The Liquid-vapor critical point in a pressure–temperature phase diagram
is at the high-temperature extreme of the liquid–gas phase boundary
(the dotted green line shows the anomalous behavior of water).
The figure shows the schematic PT diagram of a pure substance (as opposed to mixtures, which have additional state variables and richer phase diagrams, discussed below). The commonly known phases solid, liquid and vapor are separated by phase boundaries, i.e. pressure-temperature combinations where two phases can coexist.
At the triple point, even all three phases coexist. However, the liquid-vapor boundary terminates in an endpoint at some critical temperature Tc and critical pressure pc. This is the critical point.
In water, the critical point occurs at around 647 K and 22.064 MPa.
- Gold 7250 K 510MPa.
At the critical point, only one phase exists. The heat of vaporization is zero.
Van der Walls-like phase-diagram of gold
DOI: 10.1016/j.apsusc.2005.03.019 ; [Vitiello,2005]
Electron configuration [Xe] 4f14 5d10 6s1
melting point: 1336.15°K
Heat of fusion (10^3 J/kg): 64.5
or 12.55 kJ·mol^−1
boiling point: 3243 °K
Heat of vaporization (10^3 J/kg): 1578
or 342 kJ·mol^−1
Density near r.t. 19.30 g·cm−3
when liquid, at m.p. 17.31 g·cm−3
Molar heat capacity 25.418 J·mol−1·K−1
1) Using the CRC thermodynamic data from the handout in class, make a plot of the Gibbs free energy (in [J/mole]) as a function of temperature for gold (Au) in both the solid and liquid phases over the temperature range of 1000-2000K. Both free energies must be on the same plot. Determine the equilibrium temperature between liquid and solid Au from your calculations.
2) Yet another approach to calculating the Gibbs free energy is using empirical polynomial fitting equations from thermodynamic databases. One such example is the CALPHAD database. As an example of the fitting equations I have listed the equations for solid Au in the FCC crystal structure below. Make a plot of the Gibbs free energy (in [J/mole]) as a function of temperature over the range of 1000-2000 [K] using both the CRC data from problem 1 and the CALPHAD data. Both calculations must be on the same plot. Comment as to the agreement or lack thereof between the two calculations.
3) Calculate the triple point (as T, P) for gold. (NOTE that all the thermodynamic information you need to do this calculation can be found from the CRC Handbook data. I'm not looking for the whole phase diagram, just the triple point. There are a variety of ways to approach this problem, but I'm looking for a pretty simple one.)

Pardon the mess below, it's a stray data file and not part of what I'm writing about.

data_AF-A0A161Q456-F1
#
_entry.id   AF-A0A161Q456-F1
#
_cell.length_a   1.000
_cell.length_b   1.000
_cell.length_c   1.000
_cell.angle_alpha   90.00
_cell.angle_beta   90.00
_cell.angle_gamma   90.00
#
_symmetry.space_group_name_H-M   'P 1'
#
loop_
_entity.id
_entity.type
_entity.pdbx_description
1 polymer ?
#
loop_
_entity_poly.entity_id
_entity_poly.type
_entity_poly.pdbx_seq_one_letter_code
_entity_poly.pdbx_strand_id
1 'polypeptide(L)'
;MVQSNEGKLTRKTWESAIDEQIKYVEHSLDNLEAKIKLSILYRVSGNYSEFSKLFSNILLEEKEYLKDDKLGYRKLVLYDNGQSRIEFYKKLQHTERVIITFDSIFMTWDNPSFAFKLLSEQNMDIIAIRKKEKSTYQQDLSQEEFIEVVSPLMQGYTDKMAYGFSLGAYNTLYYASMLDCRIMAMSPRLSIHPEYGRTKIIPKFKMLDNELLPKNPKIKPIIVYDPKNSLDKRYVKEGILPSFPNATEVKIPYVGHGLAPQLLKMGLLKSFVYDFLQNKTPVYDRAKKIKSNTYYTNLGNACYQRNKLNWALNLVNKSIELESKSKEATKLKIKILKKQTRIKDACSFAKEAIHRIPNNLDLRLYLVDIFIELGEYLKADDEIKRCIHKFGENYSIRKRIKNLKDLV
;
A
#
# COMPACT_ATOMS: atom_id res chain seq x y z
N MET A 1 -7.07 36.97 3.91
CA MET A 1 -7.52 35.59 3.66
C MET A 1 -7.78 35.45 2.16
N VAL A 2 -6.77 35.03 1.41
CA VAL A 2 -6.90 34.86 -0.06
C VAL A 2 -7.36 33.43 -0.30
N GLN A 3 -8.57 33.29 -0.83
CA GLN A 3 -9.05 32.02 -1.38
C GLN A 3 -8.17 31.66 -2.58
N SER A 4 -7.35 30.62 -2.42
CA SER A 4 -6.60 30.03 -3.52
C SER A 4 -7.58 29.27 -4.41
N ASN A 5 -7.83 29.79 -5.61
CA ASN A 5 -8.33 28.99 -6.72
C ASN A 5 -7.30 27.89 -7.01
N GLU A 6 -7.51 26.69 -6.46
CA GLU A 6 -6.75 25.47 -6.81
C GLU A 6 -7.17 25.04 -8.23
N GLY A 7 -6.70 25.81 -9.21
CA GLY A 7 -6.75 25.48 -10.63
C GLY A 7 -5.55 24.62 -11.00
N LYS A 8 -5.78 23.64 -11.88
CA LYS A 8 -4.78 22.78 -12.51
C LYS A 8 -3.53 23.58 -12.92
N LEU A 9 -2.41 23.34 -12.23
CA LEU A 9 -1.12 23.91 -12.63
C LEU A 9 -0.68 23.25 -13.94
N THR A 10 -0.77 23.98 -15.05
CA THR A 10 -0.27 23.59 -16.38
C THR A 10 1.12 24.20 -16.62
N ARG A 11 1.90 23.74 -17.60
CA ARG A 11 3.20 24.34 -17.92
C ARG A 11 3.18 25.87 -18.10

1) Using the CRC thermodynamic data from the handout in class, make a plot...
The CRC data for Au gives the following equations for the Gibbs free energy as a function of temperature:
Plugging into EXCEL and plotting between 1000-2000 [K] gives the following plot:
With this calculation, the crossing point is at about T = 1341 [K], which is the equilibrium melting temperature (a bit higher than the stated temperature of 1336.16 [K].)
NOTE: The CRC is pretty confusing by calling the function for Gibbs free energy "FT-H298." In fact, the enthalpy at 298 [K] is included in the equations and fitting parameters. What it means is that the thermodynamic functions are determined relative to a temperature of 298 [K].
2) Yet another approach to calculating the Gibbs free energy...
I used EXCEL again to make the calculation and the plot.
3) Calculate the triple point (as T, P) for gold.
The simple trick approach uses the fact that we discussed in class that the slope of the S-L equilibrium line on the P-T phase diagram is VERY STEEP (a nearly vertical line with pressure) so that the equilibrium melting temperature changes very little with pressure.
This means that, within a small error, the triple point temperature is given by the equilibrium melting temperature at 1 [atm], which for Au is found in the CRC handout as TM = 1336.16 [K]. The problem is half done!
To find the triple point pressure, we need to find the equilibrium pressure for the temperature of 1336.16 [K] for either the S-V or the L-V equilibrium. I decided to use the "shortcut" approach (see problem 2 on themidterm for F08 for more information.) The Clausius-Clapeyron equation gives:
In this equation, we can either use the enthalpy of vaporization for ∆H, and the vaporization temperature for T0 (which would give us the L-V equilibrium), or we could use the enthalpy and temperature of sublimation (which would give us the S-V equilibrium.) The CRC has the data for the vaporization, but not the sublimation information, so...
There's our answer for the triple point of Au: T = 1336 [K], P = 2.44 x 10-7 [atm].